Newspaper article The Chronicle (Toowoomba, Australia)

Murder Victim's Parents Feel A[euro][approximately]betrayed' by Teacher

Newspaper article The Chronicle (Toowoomba, Australia)

Murder Victim's Parents Feel A[euro][approximately]betrayed' by Teacher

Article excerpt

Byline: Peter Hardwick @thechronicle.com.au

WHY respected school teacher Graeme Frederick McNeil had helped student Anthony Rowlingson dump the body of his murdered brother was abewilderinga, a Toowoomba Supreme Court judge said yesterday.

McNeil, 46, pleaded guilty to being an accessory after the fact of murder in helping Anthony Rowlingson, then 16, dump the body of his brother Robert Rowlingson, 19, over a bridge into a waterway on the Clifton/Leyburn Road between Pittsworth and Clifton on Sunday, July 15, 2007.

McNeil also pleaded guilty to making two false statements to police in the weeks after the murder when he had lied in an attempt to distance himself from any involvement in the matter.

Justice Anthe Philippides said McNeil's behaviour was abewilderinga given he had no previous criminal history at all, was highly regarded in the community and was a minister with the Cross of Christ Ministry.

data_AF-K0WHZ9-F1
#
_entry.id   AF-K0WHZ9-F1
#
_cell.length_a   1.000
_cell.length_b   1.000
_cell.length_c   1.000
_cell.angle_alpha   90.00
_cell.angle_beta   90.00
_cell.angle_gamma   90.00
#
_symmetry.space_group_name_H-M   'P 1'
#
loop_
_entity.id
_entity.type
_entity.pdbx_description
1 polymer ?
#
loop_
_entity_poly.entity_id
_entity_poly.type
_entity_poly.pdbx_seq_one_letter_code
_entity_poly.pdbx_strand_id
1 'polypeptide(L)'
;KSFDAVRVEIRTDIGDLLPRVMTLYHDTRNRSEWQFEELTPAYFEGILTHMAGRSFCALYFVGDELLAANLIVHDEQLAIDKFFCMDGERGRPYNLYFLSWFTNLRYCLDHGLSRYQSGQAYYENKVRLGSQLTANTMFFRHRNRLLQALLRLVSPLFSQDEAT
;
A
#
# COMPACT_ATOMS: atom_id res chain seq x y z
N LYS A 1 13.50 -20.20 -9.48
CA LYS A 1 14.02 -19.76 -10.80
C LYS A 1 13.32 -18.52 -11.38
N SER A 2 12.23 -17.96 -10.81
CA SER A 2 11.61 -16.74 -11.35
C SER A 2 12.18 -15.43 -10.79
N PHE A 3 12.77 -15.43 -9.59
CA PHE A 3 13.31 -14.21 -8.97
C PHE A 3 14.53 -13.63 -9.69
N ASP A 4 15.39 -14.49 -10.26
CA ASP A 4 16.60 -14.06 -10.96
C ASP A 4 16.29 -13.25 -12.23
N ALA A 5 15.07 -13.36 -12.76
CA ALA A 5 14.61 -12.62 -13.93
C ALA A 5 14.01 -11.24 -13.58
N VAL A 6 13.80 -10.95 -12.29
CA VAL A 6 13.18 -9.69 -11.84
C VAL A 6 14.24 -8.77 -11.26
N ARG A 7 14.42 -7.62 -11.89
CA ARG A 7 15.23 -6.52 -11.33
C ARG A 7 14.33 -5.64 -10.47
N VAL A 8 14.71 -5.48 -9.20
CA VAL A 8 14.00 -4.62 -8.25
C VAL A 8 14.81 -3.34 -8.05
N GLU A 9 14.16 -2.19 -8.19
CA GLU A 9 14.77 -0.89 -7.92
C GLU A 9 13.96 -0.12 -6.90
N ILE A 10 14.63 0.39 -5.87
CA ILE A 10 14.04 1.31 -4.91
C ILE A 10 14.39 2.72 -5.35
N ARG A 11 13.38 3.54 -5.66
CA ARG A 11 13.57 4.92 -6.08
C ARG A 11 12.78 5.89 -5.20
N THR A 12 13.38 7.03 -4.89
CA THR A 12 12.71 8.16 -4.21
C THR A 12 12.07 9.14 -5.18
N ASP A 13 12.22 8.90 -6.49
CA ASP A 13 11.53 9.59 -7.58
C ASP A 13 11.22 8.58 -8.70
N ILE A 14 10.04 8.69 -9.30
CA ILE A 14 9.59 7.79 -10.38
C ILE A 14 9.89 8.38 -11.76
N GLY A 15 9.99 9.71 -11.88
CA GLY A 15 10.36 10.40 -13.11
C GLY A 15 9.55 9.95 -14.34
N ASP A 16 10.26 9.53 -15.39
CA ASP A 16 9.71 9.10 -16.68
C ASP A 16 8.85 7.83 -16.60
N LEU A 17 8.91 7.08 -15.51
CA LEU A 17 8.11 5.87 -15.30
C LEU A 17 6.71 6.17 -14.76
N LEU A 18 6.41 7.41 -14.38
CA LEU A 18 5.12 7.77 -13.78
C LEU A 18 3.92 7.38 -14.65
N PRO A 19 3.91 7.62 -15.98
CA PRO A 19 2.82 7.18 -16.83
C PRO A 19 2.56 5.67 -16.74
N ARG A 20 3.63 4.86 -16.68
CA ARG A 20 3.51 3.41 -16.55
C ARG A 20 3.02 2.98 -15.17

McNeil was sentenced to eight years jail with a recommendation he be eligible to apply for release on parole from May 12, 2013, after he had served three years.

Crown prosecutor Phil McCarthy said Rowlingson's parents John and Wendell Rowlingson, who were in court yesterday for the sentencing, were left with a feeling of abetrayala by the actions of McNeil who had been a respected teacher and role model for their son Anthony.

The Rowlingsons still struggled to comprehend McNeil's involvement in the tragedy which had destroyed the family unit, he said.

Mr McCarthy said the relationship between McNeil and the teenage killer was beyond the normal student/teacher relationship which had been the case between McNeil and many students at the school where he taught for six years.

A maths and physics teacher, McNeil had taken on the role of watching over students with particular problems and he was known to give his mobile phone number and email address to students who could contact him outside school hours if the need arose.

Rowlingson had called McNeil's mobile phone several times that afternoon as he drove around Pittsworth in Robert Rowlingson's car with his brother's body in the boot.

Earlier that afternoon, Anthony Rowlingson had taken a . …

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